The Sasagawa Sumo Festival: Enjoy the National Sport of Japan by Locals




In the small town of Sasagawa (笹川), within the larger town of Tonosho (土庄町), during the summer, there is a festival with over 160 years of history, founded in a sense of community spirit and based around the traditional Japanese sport of Sumo wrestling.
What better way to experience the heart of Japanese tradition than through being a part of such a festival? In this article, I will introduce you to this Sasagawa Sumo Festival.


Matsuri Breakdown:

Held at the Suwa Shrine (諏訪神社) as part of the Shrine’s autumn festival proceedings (秋季大祭), this traditional festival is based around competition and traditional storytelling through sumo wrestling. This is accompanied by another Japanese tradition, Roukyoku 浪曲, a type of Japanese narrative singing which is normally accompanied by a Shamisen, also known as Naniwabushi(浪花節).

As mentioned, this festival has a long history- it was first held in 1842 as a grandiose gesture for the local farmers who were at the time suffering from famine, along with the creation of a garden/temple area.
This initial festival drew local sumo wrestlers who were popular throughout Japan back to their home town to support their fellow town, and try to unite everybody through the hard times that the town was suffering. You can now enjoy and feel first-hand this storied history through the festival in the towns more prosperous times!

In modern times, the participants in the sumo competitions are largely Self-Defence Force wrestlers and members of the town’s local children’s sumo association, from across 7 different districts. This festival is a very popular community event, as in recent years any men over 16, including amateurs, have been allowed to participate and the winners can even receive prizes!

Things to do:

The sumo matches continue throughout the day, with team competitions, tournaments, traditional performances, and the high-level ‘Sanyaku Sumo’ (三役相撲).
Throughout the town there are also floats and parades, as well as the traditional ‘Mikoshi’ (神輿), or portable shrine carrying, both in a simple and traditional style, which continues all through the day, until 10pm, and of course as the festival continues throughout the day, and across the town, there is plenty of local food and drink on offer to sample!

Details and access:

The festival, as it has been for more than 160 years, is held on the last Saturday of June every year. The festival is very easy to access, being just a five minute walk from the JR Narita Line Sasagawa Station. From the station, take the north exit, and head to the ‘Suwadaijin’ or the Suwa Shrine, accessible from the main road on your right.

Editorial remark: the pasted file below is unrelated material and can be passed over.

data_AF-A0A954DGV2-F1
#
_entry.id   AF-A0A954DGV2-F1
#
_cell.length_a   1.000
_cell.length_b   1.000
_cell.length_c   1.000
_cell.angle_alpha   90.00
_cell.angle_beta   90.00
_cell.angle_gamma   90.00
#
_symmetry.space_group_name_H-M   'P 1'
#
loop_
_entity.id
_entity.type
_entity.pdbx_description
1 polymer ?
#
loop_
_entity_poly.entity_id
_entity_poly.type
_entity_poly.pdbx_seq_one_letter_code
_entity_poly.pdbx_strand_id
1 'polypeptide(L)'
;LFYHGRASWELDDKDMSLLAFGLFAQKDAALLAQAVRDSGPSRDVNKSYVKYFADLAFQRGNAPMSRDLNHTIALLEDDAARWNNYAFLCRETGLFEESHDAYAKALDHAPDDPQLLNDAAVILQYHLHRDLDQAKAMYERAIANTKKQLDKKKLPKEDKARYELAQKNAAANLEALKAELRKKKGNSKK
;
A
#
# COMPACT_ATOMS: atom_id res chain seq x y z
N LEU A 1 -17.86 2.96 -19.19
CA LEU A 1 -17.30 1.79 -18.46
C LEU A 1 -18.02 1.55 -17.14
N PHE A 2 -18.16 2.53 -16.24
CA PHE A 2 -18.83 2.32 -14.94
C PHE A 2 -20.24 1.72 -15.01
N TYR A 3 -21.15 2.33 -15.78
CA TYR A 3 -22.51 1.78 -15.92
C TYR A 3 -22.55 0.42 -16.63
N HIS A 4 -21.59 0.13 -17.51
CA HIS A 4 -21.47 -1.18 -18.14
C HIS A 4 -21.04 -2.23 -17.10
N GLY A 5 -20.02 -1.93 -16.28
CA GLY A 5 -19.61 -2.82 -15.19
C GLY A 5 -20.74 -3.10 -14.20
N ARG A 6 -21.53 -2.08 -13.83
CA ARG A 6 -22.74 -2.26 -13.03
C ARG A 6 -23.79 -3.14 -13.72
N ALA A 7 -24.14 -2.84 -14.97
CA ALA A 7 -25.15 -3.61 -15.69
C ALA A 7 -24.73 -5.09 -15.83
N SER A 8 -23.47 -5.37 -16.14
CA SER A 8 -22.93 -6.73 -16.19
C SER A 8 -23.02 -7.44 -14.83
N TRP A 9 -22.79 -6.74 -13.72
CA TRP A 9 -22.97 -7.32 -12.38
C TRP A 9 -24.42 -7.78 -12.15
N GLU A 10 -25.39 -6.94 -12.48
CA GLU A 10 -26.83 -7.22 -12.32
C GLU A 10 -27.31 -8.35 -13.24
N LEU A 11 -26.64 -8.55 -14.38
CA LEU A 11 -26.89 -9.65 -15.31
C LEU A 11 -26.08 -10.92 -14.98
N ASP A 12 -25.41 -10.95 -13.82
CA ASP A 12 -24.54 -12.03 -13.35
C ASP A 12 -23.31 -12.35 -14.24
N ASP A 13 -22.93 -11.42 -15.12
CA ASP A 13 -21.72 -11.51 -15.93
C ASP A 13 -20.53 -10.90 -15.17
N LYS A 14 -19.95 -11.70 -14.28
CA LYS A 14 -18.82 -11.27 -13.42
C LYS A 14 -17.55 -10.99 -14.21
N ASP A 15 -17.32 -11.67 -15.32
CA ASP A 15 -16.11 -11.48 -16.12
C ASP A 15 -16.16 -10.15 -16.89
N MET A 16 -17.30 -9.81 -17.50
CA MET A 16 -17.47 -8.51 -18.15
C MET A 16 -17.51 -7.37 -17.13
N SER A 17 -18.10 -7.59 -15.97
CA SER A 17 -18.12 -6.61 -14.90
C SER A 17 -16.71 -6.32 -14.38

There are high speed buses from Tokyo that take approximately 2 hours to reach nearby regional centres, from which Sasagawa can be easily accessed via local trains

Other things to do in Sasagawa/ Tonosho

Tonosho Forest Park (土庄県民の森)

A spacious wooded park with observation squares, outlooks, walking paths, and bird watching spots. A perfect place to surround yourself in a rich Japanese forest environment!

Hiratemiki no Haka (平手造酒の墓)

A set of tombs in which local legends, and notable people from local history from the 19th and 20th century are enshrined. Another great opportunity to experience local history!

Closing remarks:

As a small town with a long history and long-standing traditions that still continue to this day, the Sasagawa Sumo Festival is a perfect opportunity to learn about authentic Japanese celebrations and ways of life from a new perspective.
Even within Japan, this festival is a very unique experience, so I think you’ll be able to feel something completely different from what you ever have before!
So if you need any guides to show you around Sasagawa and this festival, and show you even more that the town has to offer, check below!

For those interested in Matsuri…

You probably guess that this festival is one of many naked festivals in Japan. As naked festivals are important traditional and cultural feature in Japan almost every area can boast their own unique nude festival.

If you are curious about strange and nude festivals around Japan, the following article picked 10 best festivals for you to visit!

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Aedan Southeren

Hi, I'm Aedan, an Australian university student currently studying in Japan

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